10th Delhi Pride Parade: We’re here and we’re queer
Even the thick layer of smog in Delhi could do little to deter the spirits of over 5,000 participants who walked for LGBTQ rights and celebrated the historic 10th edition of the Delhi Queer Pride on Sunday. Since its inception in 2008, where some hundreds gathered in central Delhi to celebrate the first public Pride parade, the community-funded march has grown to become a strong movement that primarily addresses Section 377 of the Indian Penal Code (which criminalizes homosexuality).
A glaring and welcome change over the years of the Pride being celebrated is the decline in the number of people wearing masks to protect their identities.
This year, owing to the ban on all protests at Jantar Mantar, where the Pride march used to end, the organizing committee sought permission from the Delhi Police to end the march at Parliament Street instead.
The march is easily the city’s most colourful public parade and participants attended with children, parents, partners, friends and pets. A placard-making picnic was held a month earlier as an initiative to invite people to write/illustrate their thoughts on posters, which would then be carried on the day of the walk. “One, two, three, four. Break open that closet door. Five, six, seven, eight. Stop your folks from assuming you’re straight,” shouted a group of young students walking together.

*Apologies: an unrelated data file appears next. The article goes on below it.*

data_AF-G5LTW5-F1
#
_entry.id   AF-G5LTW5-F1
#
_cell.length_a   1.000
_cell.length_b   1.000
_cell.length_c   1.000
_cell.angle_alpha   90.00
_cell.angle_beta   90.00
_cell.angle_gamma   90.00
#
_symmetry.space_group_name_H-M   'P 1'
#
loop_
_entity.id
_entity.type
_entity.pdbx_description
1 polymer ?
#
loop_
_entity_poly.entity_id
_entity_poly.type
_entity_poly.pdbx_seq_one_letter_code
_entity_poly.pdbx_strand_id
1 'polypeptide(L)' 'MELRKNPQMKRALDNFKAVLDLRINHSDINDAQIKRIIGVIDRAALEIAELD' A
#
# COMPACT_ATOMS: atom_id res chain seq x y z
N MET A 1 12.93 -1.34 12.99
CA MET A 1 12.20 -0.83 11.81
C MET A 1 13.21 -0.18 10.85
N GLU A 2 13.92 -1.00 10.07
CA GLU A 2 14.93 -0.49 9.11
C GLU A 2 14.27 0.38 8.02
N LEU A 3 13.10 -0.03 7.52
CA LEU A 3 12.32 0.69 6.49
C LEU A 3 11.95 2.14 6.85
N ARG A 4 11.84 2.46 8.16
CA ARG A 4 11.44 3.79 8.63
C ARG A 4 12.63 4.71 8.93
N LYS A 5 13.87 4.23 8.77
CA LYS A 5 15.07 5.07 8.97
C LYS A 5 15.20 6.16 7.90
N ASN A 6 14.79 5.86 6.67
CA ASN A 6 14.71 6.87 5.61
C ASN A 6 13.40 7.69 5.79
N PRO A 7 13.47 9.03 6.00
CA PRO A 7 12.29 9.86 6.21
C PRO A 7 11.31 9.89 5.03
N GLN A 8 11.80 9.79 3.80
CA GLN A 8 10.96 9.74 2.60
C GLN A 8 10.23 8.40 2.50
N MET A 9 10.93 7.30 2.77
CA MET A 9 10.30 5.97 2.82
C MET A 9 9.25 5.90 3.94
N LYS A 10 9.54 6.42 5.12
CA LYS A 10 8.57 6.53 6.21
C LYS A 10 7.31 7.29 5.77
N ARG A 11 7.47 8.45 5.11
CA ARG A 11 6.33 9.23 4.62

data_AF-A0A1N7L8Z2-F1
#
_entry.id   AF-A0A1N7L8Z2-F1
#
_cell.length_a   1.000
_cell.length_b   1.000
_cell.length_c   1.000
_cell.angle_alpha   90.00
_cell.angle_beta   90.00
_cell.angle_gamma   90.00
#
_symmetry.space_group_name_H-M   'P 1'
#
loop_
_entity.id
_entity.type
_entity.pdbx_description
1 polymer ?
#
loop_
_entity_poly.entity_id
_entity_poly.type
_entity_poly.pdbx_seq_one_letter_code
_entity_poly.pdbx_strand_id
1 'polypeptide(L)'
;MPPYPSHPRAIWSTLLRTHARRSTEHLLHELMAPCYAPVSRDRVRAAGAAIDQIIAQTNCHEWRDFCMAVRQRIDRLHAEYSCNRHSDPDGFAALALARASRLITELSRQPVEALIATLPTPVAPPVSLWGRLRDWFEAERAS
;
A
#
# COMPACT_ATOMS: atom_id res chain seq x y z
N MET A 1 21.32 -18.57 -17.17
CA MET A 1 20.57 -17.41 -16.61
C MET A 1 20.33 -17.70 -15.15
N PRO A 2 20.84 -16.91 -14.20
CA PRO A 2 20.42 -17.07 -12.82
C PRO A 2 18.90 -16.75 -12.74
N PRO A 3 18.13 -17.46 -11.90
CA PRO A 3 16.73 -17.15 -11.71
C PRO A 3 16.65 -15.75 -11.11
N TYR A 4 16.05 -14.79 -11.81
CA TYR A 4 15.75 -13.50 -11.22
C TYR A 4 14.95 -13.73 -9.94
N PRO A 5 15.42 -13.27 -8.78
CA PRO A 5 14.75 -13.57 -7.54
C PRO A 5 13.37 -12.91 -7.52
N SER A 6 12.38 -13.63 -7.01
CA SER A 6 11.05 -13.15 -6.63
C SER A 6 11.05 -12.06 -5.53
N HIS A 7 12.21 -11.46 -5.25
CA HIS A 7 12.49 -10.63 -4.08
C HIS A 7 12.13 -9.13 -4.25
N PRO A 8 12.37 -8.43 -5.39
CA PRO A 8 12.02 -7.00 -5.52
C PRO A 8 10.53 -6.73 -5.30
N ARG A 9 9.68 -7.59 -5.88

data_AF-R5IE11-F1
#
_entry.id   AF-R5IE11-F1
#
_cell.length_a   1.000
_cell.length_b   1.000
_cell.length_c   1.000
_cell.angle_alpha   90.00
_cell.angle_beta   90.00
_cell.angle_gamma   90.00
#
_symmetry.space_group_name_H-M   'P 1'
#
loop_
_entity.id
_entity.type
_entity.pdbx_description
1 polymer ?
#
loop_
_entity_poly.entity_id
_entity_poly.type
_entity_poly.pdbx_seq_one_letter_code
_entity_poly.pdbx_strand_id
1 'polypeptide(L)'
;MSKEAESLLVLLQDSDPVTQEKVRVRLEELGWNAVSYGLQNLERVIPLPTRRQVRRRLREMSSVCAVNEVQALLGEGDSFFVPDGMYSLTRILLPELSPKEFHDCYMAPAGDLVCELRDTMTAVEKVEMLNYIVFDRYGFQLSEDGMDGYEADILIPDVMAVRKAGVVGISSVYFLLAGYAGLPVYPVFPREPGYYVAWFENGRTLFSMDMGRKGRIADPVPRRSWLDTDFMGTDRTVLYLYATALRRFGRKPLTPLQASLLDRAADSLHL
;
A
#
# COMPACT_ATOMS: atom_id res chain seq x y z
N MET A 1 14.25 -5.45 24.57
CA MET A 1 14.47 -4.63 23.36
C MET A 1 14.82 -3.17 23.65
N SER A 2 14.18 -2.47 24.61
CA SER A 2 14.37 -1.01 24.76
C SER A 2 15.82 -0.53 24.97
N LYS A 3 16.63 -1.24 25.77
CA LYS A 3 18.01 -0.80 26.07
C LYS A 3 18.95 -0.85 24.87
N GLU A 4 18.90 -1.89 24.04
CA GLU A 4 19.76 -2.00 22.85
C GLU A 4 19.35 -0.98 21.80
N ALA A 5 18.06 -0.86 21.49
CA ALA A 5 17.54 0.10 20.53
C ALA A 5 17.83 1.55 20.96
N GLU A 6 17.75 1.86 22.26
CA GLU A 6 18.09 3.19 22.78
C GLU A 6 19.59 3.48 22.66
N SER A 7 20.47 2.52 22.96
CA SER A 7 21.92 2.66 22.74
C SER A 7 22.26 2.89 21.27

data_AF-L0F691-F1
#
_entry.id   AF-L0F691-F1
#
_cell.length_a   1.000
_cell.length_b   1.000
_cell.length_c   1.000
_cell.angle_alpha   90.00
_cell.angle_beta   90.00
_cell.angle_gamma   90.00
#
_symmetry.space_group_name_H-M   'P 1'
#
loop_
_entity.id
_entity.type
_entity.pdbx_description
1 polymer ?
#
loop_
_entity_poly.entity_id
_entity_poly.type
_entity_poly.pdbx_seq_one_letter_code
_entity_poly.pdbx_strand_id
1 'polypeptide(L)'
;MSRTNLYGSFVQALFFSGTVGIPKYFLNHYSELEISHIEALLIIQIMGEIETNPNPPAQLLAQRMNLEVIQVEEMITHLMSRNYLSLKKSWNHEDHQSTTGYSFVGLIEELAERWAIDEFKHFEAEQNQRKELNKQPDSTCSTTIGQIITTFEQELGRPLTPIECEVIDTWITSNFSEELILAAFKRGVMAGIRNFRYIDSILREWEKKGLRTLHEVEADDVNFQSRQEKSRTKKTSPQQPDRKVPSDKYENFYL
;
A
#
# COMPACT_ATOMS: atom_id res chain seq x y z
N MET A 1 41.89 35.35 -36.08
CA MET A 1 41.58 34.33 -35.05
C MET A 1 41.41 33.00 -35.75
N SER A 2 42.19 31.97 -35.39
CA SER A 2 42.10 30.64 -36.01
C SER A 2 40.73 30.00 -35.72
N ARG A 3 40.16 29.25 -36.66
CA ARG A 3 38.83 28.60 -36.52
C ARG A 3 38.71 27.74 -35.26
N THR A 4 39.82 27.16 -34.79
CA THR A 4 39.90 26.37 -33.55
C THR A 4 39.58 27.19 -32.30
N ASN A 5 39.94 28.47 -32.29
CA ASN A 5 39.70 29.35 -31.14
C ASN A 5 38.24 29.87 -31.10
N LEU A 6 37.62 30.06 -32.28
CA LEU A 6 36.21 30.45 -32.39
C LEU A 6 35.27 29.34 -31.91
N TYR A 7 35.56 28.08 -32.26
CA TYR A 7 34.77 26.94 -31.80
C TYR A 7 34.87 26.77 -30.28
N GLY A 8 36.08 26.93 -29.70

This year, the Pride rainbow flag was a record 15 metres long, and people danced their way to the end under it with dholak walas maintaining the rhythm throughout. Colourful saris, feathered head accessories and balloons were a breather from the dullness of the continuing smog and everyone, from commuters on DTC buses to the Delhi police personnel on duty, was part of a truly public takeover of the streets.
Over the years, the Delhi Queer Pride has maintained independent operations, relying only on community funding and rejecting any kind of corporate endorsement or sponsorship, which makes this unique collective very focused on equal rights, privacy and freedom, spearheaded by community members and for community members. Their unflinching support to Dalit rights, disability rights and the feminist movement has been as much a part of the agenda as the rights of the LGBTQIA community itself.
The fight to repealing Section 377 is a long road ahead, but the confidence with which participants walked on Sunday marks the end of their so-called “invisibility” in Indian society. “We’re here, and we’re queer,” they shouted. And, as they say, the rest is history.